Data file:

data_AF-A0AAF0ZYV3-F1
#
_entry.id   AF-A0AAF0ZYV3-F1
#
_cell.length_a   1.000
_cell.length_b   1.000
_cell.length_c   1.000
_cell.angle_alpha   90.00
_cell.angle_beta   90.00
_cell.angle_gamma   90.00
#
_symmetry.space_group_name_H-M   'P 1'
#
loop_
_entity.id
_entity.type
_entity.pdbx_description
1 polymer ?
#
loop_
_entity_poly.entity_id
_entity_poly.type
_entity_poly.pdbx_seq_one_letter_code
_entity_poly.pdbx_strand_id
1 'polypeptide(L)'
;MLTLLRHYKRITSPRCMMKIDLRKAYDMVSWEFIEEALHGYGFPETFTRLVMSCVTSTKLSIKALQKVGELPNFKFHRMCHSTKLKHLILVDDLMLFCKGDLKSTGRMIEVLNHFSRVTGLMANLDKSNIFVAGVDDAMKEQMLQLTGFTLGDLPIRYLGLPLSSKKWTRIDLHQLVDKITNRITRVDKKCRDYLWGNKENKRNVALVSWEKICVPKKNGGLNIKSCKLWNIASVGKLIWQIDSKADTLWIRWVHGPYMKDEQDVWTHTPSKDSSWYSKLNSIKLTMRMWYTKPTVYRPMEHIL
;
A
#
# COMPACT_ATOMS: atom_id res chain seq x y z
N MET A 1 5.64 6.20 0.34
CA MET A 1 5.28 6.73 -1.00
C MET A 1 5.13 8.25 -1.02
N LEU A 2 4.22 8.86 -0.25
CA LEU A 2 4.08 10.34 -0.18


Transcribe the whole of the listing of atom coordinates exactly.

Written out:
data_AF-A0AAF0ZYV3-F1
#
_entry.id   AF-A0AAF0ZYV3-F1
#
_cell.length_a   1.000
_cell.length_b   1.000
_cell.length_c   1.000
_cell.angle_alpha   90.00
_cell.angle_beta   90.00
_cell.angle_gamma   90.00
#
_symmetry.space_group_name_H-M   'P 1'
#
loop_
_entity.id
_entity.type
_entity.pdbx_description
1 polymer ?
#
loop_
_entity_poly.entity_id
_entity_poly.type
_entity_poly.pdbx_seq_one_letter_code
_entity_poly.pdbx_strand_id
1 'polypeptide(L)'
;MLTLLRHYKRITSPRCMMKIDLRKAYDMVSWEFIEEALHGYGFPETFTRLVMSCVTSTKLSIKALQKVGELPNFKFHRMCHSTKLKHLILVDDLMLFCKGDLKSTGRMIEVLNHFSRVTGLMANLDKSNIFVAGVDDAMKEQMLQLTGFTLGDLPIRYLGLPLSSKKWTRIDLHQLVDKITNRITRVDKKCRDYLWGNKENKRNVALVSWEKICVPKKNGGLNIKSCKLWNIASVGKLIWQIDSKADTLWIRWVHGPYMKDEQDVWTHTPSKDSSWYSKLNSIKLTMRMWYTKPTVYRPMEHIL
;
A
#
# COMPACT_ATOMS: atom_id res chain seq x y z
N MET A 1 5.64 6.20 0.34
CA MET A 1 5.28 6.73 -1.00
C MET A 1 5.13 8.25 -1.02
N LEU A 2 4.22 8.86 -0.25
CA LEU A 2 4.08 10.34 -0.18